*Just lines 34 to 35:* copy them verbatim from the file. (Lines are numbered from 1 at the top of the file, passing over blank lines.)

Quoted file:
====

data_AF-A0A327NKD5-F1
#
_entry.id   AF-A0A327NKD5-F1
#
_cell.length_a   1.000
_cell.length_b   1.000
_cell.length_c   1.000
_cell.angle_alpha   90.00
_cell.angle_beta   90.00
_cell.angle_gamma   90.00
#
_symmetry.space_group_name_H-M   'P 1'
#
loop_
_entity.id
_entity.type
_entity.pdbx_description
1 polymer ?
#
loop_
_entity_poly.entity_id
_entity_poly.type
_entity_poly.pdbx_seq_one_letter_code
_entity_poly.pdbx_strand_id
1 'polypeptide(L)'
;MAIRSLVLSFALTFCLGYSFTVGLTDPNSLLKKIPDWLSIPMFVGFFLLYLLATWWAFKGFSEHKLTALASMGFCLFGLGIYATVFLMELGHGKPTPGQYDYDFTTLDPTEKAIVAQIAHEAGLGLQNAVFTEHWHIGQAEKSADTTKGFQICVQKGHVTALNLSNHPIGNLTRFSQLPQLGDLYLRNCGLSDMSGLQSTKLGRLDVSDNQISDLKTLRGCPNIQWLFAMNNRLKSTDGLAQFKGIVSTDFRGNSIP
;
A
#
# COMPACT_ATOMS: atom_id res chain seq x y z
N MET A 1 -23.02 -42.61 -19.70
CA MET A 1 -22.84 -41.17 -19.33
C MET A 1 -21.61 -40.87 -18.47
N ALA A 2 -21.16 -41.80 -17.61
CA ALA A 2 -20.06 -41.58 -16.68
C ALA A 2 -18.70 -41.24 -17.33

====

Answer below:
N ALA A 2 -21.16 -41.80 -17.61
CA ALA A 2 -20.06 -41.58 -16.68